EnergyCAP has multiple methods for integrating submeter data into your reports and internal billing processes. Every time you install a new submeter, you can enhance the granularity and the value of EnergyCAP’s analysis tools.
Calculated Accounts can be set up and used to calculate bills for actual submeters for chargeback or re-billing purposes. The Calculated Account bills generated by EnergyCAP can track use, demand and cost.
An example is a campus situation where a “Master” account or meter serves multiple places. Each location has a submeter installed to track the consumption. Meter readings are taken on a monthly basis. Bills need to be generated for each location because the cost center (such as an agency or tenant) is charged for the commodity consumed.
Monthly meter readings are used to determine the commodity quantity for the bill. The bill cost can either be based on the Average Unit Cost (AUC) of a “Master” account/meter, or on the results of an EnergyCAP rate schedule calculation.
EnergyCAP’s meter-based database enables you to create detailed meter-by-meter and month-by-month budgets based on historical bills. Much less “guesstimating” is required when formulating your annual energy budget! EnergyCAP’s Budgets & Forecasts module helps users create meter-by-meter, building-by-building granular budgets that can be rolled up for any level of the organization, modified, and used for reporting. Up to three years of historical utility billing data can be used to help generate each budget.
You can create any number of budgets (actual, best case, worst case) based on historical bills. Then forecast expected costs, usage, and unit costs. Each budget can be edited as the year plays out. And you can easily update expected usage or unit costs if rates increase or other conditions change.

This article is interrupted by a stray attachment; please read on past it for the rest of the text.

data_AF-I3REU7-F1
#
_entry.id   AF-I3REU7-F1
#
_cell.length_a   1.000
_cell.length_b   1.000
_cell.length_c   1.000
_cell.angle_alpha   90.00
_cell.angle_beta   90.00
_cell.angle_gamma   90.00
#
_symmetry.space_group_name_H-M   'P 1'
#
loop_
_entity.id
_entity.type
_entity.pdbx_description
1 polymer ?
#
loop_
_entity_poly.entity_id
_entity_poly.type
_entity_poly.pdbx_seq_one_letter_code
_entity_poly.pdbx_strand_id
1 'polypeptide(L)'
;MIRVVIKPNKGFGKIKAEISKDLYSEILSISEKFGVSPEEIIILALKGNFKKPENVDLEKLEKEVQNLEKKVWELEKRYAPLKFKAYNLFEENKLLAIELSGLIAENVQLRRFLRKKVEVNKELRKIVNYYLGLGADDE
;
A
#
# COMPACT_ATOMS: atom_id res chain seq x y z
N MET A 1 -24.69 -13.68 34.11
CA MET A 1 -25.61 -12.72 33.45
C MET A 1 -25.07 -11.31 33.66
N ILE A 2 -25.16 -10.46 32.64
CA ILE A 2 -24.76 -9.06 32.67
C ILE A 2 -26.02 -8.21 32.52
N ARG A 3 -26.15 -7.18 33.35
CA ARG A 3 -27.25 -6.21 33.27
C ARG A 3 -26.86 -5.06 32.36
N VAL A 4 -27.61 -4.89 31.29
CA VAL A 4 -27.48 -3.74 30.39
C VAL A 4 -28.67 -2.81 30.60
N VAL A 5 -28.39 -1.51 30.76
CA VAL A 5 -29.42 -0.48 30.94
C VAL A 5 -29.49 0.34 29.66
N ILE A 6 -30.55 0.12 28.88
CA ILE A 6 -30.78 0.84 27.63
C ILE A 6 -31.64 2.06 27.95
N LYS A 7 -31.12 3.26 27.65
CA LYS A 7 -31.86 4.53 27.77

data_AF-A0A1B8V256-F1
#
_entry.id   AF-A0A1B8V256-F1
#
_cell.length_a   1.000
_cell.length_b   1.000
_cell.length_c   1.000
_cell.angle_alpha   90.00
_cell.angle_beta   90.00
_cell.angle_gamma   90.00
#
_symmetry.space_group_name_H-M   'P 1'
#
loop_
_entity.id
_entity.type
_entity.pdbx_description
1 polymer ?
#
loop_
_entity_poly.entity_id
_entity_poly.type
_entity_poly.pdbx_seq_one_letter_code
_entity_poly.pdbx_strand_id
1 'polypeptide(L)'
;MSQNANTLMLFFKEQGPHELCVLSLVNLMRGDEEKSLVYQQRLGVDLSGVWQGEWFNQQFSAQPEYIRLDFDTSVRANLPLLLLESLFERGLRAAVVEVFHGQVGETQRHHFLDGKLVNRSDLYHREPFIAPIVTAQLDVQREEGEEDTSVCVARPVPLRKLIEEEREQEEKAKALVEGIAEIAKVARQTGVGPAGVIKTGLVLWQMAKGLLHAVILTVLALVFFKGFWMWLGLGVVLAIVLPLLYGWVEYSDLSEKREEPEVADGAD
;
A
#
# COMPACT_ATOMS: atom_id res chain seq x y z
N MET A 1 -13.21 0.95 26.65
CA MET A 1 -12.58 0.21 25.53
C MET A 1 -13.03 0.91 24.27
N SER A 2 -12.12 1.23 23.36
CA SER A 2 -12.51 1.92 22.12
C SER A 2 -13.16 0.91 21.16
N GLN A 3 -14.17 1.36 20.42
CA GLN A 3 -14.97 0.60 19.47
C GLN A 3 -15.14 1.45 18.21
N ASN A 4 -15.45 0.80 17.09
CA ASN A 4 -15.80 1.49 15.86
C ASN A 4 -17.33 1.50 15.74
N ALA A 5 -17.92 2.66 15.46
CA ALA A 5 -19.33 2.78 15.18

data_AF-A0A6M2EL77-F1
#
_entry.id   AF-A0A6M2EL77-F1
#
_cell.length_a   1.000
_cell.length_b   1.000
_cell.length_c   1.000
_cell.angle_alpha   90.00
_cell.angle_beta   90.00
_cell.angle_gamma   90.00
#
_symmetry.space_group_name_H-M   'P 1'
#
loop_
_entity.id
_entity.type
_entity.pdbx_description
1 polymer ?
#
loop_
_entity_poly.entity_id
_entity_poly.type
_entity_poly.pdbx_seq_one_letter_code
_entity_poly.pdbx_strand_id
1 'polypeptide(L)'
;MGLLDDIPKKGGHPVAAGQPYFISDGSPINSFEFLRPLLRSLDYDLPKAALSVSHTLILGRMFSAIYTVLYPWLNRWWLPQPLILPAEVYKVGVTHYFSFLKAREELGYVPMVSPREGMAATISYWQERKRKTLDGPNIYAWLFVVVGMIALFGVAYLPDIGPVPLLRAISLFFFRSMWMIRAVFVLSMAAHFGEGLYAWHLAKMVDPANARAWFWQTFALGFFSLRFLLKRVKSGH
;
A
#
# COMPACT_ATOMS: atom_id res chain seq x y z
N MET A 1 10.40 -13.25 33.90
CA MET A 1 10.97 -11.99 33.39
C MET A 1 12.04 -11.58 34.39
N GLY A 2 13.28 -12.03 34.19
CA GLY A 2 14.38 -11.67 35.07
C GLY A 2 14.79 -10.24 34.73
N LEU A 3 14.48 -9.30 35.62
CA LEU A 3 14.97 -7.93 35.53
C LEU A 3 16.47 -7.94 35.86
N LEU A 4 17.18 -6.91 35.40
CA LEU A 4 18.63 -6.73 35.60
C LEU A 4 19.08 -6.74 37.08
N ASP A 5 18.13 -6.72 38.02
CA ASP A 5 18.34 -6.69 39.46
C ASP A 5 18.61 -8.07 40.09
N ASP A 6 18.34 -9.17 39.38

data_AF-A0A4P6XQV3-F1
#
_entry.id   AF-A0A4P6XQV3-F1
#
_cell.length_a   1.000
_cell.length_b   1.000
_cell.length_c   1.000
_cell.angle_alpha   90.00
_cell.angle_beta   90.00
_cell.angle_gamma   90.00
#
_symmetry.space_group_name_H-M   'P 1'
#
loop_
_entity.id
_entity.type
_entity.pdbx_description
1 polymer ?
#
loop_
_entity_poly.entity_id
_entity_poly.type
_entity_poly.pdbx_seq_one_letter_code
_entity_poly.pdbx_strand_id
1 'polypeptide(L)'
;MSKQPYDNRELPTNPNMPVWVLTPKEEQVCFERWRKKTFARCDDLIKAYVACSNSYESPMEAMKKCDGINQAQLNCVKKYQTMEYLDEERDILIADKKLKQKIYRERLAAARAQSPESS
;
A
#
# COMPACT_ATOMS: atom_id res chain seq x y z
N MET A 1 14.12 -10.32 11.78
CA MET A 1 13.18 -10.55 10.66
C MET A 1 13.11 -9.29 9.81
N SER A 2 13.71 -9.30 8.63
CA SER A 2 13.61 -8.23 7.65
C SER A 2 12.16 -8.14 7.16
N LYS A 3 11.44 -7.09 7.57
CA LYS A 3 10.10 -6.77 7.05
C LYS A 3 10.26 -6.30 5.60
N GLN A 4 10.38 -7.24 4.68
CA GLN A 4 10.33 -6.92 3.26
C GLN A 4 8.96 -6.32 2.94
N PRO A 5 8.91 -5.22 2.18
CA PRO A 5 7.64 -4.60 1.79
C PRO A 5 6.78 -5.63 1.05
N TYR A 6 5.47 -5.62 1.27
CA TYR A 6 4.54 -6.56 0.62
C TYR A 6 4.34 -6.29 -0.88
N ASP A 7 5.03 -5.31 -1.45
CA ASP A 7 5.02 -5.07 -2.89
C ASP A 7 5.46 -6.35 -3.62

Just because EnergyCAP doesn’t directly interface with your metering system(s) doesn’t mean we don’t care what your meters have to say! If you have smart meters or other interval data collection devices, you can import flat file interval data (usually 15, 30, or 60-minute intervals) into EnergyCAP for detailed energy consumption analysis.
There are multiple options in EnergyCAP for charting, auditing, aggregating and analyzing interval data, including non-standard channels such as KVAR and power factor. You can also import non-metered time-series data including production volume, occupancy, or weather conditions. EnergyCAP software is flexible enough to associate these external factors with energy use to calculate, for example, energy used per hotel room stay, or energy consumed per manufactured widget.
As noted above, EnergyCAP has a standard import file for meter data, so it’s easy to assimilate data from nearly any metering system. This data can be useful for detailed consumption analysis and bill verification.
We’re currently developing a meter-reading app for mobile devices that will speed and streamline that labor-intensive process. Keep your eyes out for the official announcement.
And remember: don’t miss your meters. They’re working hard already–and with a little help from their friends, they can work even harder.